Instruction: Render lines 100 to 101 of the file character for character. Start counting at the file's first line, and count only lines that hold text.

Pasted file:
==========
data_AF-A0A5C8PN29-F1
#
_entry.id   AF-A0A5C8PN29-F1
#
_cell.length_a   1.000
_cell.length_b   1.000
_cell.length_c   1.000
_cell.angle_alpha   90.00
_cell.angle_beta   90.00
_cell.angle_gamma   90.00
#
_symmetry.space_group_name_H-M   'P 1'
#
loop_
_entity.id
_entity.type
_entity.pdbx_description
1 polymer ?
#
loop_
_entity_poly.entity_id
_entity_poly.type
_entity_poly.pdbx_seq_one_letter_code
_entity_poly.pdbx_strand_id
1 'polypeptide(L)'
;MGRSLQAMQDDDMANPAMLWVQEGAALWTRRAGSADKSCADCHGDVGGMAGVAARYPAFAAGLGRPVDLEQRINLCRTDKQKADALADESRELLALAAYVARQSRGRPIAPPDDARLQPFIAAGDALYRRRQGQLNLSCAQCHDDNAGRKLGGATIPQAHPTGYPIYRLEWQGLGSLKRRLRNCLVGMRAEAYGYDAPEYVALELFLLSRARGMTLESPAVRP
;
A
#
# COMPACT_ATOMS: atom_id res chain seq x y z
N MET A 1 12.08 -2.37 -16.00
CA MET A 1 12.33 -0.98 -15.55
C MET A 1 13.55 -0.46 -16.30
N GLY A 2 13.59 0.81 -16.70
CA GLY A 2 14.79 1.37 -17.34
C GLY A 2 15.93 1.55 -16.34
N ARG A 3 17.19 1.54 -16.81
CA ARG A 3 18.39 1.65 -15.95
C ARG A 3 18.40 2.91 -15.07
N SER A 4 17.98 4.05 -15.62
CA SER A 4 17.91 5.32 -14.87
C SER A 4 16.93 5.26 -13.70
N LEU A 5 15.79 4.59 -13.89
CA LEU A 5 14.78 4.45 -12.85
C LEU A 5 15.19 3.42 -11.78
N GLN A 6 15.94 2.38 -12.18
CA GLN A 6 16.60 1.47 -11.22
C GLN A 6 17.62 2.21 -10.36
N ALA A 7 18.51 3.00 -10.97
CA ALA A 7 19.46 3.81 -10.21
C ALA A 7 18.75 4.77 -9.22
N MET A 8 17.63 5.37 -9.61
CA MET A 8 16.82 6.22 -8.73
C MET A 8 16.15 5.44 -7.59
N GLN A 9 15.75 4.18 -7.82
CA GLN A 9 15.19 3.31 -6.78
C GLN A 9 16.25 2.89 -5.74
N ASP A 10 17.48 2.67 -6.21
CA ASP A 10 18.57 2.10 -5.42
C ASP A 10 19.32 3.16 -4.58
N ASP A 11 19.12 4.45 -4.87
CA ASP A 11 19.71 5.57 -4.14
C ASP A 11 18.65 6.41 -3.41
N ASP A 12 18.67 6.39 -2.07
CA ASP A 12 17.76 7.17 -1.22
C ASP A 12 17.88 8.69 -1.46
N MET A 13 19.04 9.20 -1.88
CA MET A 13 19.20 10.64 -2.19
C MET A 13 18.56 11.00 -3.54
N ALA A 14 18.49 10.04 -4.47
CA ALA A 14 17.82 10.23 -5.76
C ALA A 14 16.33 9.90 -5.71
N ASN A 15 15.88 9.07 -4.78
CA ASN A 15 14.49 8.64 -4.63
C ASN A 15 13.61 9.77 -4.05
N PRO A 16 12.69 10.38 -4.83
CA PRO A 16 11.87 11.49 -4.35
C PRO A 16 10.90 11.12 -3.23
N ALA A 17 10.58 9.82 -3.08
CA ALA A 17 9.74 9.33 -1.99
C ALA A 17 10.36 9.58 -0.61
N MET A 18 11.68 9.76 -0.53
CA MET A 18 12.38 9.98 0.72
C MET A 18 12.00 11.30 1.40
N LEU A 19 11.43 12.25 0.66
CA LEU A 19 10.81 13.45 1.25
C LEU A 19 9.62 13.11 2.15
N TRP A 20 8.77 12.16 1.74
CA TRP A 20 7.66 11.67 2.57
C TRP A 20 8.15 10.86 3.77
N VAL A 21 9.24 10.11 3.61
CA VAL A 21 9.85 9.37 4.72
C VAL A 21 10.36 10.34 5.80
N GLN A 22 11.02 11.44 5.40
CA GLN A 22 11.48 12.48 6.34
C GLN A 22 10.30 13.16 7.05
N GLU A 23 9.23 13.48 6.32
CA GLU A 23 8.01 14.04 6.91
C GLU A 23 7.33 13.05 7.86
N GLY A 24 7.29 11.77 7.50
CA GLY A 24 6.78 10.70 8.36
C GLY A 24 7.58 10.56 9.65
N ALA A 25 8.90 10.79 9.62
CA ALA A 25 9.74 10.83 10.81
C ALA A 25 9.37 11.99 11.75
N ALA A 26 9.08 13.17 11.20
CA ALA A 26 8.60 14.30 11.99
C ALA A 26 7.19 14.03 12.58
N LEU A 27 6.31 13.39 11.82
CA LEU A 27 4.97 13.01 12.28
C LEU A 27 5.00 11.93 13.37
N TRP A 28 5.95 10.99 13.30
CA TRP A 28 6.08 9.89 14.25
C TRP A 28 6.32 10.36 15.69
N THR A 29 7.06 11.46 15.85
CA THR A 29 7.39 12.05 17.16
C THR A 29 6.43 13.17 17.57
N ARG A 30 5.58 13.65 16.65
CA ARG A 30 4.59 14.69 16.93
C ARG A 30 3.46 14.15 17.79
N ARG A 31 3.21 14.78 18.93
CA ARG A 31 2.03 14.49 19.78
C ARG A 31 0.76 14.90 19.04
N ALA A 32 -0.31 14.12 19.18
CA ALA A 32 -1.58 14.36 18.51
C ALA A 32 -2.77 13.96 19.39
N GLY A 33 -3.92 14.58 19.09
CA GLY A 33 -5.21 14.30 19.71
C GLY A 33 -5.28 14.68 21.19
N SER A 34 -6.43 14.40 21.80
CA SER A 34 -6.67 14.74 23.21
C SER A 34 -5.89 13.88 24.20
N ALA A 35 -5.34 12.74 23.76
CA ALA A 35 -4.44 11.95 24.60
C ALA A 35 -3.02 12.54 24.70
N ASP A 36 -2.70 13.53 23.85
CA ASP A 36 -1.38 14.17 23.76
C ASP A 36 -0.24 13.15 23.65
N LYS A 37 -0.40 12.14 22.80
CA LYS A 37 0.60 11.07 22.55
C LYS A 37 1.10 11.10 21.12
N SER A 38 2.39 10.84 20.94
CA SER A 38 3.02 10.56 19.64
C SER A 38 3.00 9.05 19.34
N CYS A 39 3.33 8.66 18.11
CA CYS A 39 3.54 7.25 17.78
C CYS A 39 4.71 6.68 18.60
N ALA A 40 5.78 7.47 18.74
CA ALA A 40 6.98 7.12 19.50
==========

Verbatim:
N GLY A 24 7.29 11.77 7.50
CA GLY A 24 6.78 10.70 8.36